We had been working really hard that day and were heading back toward camp when one of our team decided to liven things up by slinging elephant dung at the rest of us. He aimed one at me, and I had to dive out of the way. I ended up flat on my face. I started to rise and saw marks in the ground. I realized they were fossilized raindrops. Then I looked around and saw ancient animal footprints all over the place. We had passed over that ground so many times before that evening, but none of us had noticed a thing. But once we saw the first prints, we could see them everywhere: fossilized tracks of rhino, elephants, antelopes, all sorts of animals.
(Recollection of Andrew Hill, a paleontologist on Mary Leakey's team at Laetoli, Tanzania in 1976. From McKie, Robin. Dawn of Man: The Story of Human Evolution. [New York City: Dorling Kindersley Publishing, Inc., 2000] pp.10-11)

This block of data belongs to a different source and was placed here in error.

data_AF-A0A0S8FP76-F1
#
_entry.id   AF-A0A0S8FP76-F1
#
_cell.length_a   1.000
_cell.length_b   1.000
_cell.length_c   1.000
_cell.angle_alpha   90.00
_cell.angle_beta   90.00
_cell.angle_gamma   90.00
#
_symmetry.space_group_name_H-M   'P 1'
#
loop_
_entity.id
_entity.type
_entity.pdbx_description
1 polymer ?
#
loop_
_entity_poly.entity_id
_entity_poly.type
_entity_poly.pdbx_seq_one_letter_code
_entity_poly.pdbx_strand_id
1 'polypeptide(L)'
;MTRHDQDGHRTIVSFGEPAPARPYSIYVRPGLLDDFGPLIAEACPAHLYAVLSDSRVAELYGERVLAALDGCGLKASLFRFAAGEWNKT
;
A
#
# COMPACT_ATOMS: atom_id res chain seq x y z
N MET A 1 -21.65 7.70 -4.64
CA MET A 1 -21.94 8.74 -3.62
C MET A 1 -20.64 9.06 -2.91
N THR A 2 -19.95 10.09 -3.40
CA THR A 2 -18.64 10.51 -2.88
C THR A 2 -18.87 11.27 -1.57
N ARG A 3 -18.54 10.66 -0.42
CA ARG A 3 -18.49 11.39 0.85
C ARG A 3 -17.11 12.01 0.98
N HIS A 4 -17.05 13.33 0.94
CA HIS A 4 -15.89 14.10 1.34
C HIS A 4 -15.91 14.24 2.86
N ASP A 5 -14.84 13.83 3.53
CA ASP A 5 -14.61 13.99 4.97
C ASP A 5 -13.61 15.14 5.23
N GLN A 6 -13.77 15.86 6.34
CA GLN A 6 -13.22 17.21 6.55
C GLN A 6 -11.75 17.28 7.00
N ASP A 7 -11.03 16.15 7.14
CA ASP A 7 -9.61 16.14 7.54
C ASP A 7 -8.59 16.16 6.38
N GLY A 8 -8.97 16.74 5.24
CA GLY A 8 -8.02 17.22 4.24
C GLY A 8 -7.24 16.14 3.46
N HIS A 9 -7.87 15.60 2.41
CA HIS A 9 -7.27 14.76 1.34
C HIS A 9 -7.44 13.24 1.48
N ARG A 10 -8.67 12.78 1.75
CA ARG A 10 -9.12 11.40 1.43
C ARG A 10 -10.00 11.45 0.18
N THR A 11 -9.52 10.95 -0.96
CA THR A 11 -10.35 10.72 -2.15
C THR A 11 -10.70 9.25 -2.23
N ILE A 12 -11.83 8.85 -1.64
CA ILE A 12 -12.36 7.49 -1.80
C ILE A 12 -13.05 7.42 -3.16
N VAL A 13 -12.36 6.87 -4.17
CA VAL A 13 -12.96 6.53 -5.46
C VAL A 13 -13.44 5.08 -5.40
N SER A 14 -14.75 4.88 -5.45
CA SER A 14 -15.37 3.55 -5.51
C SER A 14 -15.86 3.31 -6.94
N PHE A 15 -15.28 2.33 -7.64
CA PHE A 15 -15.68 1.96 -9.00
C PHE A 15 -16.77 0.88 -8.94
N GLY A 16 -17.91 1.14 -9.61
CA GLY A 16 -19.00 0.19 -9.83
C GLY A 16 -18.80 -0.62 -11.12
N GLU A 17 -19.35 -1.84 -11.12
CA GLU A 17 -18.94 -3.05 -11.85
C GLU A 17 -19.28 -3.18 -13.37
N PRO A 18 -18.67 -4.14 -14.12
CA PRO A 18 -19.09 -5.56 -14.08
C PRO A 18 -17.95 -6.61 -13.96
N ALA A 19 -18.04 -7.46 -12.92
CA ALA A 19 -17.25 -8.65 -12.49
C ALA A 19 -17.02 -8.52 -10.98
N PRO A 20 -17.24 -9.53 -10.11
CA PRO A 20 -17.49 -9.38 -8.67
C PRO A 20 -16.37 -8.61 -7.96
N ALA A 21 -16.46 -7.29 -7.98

As Leakey's team studied the Laetoli site over the next two years, more prints were uncovered in the ash -- hominid footprints that looked incredibly similar to those that people today make as they walk barefoot along a beach. But, these tracks were at least 3.6 million years old. It was the first time paleontologists had actually found behavioral evidence of bipedalism in early hominids. As Ian Tattersall, curator of physical anthropology at the American Museum of Natural History, has said, "Usually behavior has to be inferred indirectly from the evidence of bones and teeth, and there is almost always argument over inferences of this kind. But at Laetoli, through these footprints, behavior itself is fossilized."